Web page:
Skip to main content

My brother Kert, my mom (pregnant with #3) and me on my first day of kindergarten. I fondly remember this sailor-inspired outfit as being one of my favorites!

Renee Trudeau's picture

It’s 1976. I’m in fifth grade and standing by our front door with my red plaid backpack. My eyes scanning, I watch my four younger brothers dart from room to room. My stomach is in knots. It’s 7:45 a.m. We should have left fifteen minutes ago. Lunches are half-made, my brothers are shooting slingshots and my mom — never a morning person — is admonishing my dad, our morning chauffeur, about forgetting to pay a bill. Our orange VW van pulls up late to the Montessori school and my siblings and I tumble out, rattled. We scatter to our classrooms.  I look back for a minute and see my dad hunched over the wheel eating Grape-Nuts out of a measuring cup before starting the car again. His jaw is clenched; his brow is knit with stress. God bless him.

Growing up I remember my family’s morning routine being a three-ring circus. Perhaps this is unavoidable when you’re from a big family (I’m the oldest of seven), but after I became a parent, I wanted to do it differently.

Today, as a life balance coach and knowing that the morning start can set the tone for the entire day, I like to begin every new school year by asking, “What things can we do to support our family in experiencing less stress and more flow in the coming school year?”  Transitions can be stressful and family life is messy, but just taking a bit of time to reflect on your intention for this fresh start can make a big difference.

Here are seven things my family has found to be helpful in setting the course for a more flowing fall:

  1. Pause: Ask your family what worked and what didn’t last school year? My husband and I have been discussing the root causes for some of the stress we experienced with our teenage son last spring. We identified three things that we’re addressing with him so we don’t repeat these patterns and we’re soliciting his ideas, too. Ahhhh, I feel better already!
  2. Create a vision: What’s your intention for the fall? How do you want to experience school mornings and evenings? What words come to mind? Does anyone in your family have special needs this fall (a career transition, health challenge or learning disability) that require extra attention? Some families even like to come up with a mantra or theme for the year.
  3. Don’t over-schedule yourself or your kids. When we do less, we experience more joy, freedom and connection with our loved ones (read more). Learning to say no is one of the most helpful skills you can master.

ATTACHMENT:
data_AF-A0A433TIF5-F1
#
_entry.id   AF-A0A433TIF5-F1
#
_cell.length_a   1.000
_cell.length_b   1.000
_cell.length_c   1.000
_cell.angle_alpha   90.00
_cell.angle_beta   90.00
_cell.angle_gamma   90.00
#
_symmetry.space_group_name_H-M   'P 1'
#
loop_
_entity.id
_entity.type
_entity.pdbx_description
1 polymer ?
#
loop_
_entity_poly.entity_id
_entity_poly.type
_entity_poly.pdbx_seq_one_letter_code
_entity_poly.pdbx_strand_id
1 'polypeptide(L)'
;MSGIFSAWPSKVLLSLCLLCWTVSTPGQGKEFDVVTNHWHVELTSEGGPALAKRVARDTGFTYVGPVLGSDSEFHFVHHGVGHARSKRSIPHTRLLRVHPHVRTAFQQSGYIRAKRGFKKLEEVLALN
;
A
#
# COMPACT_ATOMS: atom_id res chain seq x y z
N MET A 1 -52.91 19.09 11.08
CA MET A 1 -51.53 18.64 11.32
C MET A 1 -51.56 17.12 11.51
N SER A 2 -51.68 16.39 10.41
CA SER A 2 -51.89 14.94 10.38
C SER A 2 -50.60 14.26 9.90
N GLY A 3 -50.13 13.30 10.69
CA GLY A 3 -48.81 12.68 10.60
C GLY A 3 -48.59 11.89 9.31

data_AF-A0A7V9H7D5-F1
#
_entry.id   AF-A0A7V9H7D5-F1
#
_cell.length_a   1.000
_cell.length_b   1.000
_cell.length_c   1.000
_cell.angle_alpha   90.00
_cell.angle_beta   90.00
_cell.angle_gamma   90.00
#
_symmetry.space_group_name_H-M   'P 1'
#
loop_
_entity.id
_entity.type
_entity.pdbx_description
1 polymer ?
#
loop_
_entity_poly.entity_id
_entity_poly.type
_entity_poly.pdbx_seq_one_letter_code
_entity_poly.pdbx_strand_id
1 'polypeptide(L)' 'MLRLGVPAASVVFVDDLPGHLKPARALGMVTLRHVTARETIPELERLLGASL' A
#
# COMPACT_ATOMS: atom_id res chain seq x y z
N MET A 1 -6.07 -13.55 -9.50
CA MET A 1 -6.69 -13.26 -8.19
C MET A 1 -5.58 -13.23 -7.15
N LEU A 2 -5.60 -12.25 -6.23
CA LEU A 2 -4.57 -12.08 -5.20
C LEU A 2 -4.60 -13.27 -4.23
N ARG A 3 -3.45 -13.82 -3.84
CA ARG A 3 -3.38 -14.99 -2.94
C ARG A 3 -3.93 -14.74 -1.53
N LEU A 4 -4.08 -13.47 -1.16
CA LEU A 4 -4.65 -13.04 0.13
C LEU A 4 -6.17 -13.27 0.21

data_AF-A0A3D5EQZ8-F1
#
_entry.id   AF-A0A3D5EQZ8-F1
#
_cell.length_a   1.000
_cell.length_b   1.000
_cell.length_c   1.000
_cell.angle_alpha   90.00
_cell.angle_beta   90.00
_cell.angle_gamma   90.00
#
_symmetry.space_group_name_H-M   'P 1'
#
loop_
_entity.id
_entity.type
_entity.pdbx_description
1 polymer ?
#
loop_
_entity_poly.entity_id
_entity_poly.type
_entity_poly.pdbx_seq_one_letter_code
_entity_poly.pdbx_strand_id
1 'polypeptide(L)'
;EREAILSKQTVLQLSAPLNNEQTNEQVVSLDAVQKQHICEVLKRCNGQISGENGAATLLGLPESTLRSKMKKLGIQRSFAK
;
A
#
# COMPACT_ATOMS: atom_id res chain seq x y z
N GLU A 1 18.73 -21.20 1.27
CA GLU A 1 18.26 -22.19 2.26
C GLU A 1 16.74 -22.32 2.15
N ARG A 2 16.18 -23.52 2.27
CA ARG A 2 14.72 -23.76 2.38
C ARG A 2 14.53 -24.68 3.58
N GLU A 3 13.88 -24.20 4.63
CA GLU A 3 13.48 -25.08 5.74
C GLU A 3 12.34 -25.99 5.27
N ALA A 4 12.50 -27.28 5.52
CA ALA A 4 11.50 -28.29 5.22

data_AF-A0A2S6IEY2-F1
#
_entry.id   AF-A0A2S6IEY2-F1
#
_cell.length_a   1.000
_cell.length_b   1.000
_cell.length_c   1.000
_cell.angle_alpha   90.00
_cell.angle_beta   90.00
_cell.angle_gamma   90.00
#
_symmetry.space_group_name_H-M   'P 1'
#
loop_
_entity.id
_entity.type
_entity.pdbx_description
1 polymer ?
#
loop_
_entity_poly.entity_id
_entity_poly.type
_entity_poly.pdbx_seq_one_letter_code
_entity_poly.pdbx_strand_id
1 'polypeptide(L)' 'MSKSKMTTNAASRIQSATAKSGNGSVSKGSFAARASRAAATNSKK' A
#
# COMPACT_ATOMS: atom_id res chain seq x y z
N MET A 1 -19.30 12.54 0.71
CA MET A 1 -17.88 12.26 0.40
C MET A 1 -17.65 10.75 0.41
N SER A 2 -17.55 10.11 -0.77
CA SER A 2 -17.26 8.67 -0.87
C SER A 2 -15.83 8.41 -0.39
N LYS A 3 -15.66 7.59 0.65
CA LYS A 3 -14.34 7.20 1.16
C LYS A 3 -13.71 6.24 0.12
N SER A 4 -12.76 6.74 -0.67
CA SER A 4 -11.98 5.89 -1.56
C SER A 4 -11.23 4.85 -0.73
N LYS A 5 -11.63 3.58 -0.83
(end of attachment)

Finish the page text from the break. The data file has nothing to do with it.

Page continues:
4. Create structure so you can flow. I know many of us love and value spontaneity (me too), but a little planning can help create a greater sense of ease when everyone knows what to expect. Maybe Monday is Funday (i.e., dessert night or Scrabble after dinner), Sunday nights are for planning out the week’s driving/activity schedule, or a bulletin board in your kitchen posts the month’s calendar and includes everyone’s upcoming activities. Plan ahead so you can create pockets of unscheduled time.
  5. Get the support you need. Anticipate and plan for what type of personal, family and professional support you and your kids may need this fall (parenting coach, meal prep, carpooling, a career mentor). Reach out and ask for help – support makes all the difference in how you experience the journey (read more).
  6. Make self-nourishment a priority. Physical/mental/emotional/spiritual renewal are essential to your happiness and well-being. What most nourishes your family (camping trips, family game nights, weekend getaways, unscheduled Sundays, nature walks in your favorite woods)? Schedule these respites now and make them a priority.
  7. Communicate the plan. Whether you have a toddler or a teen, kids like to know that “we’re all in this together” and their voice matters. Take time to solicit their input (What DO you want for breakfast?), ask them to help engage in problem solving (What are your ideas to promote a better sleep routine?) and then write down some of your collective decisions/guidelines so you’re all on the same page. This can create feelings of camaraderie and cohesiveness.

Even if you just adopted one of these strategies, it could make a huge difference in how you experience the launch of the school year.  Change can be challenging for many personality types. Be easy on yourself and remember, people first, things second. Sometimes we’re hardest on those that we love the most.


The views and opinions expressed in this post are those of the author(s) and do not necessarily reflect those of strongly encourages our readers to post comments in response to blog posts. We value diversity of opinions and perspectives. Our goals for this space are to be educational, thought-provoking, and respectful. So we actively moderate comments and we reserve the right to edit or remove comments that undermine these goals. Thanks!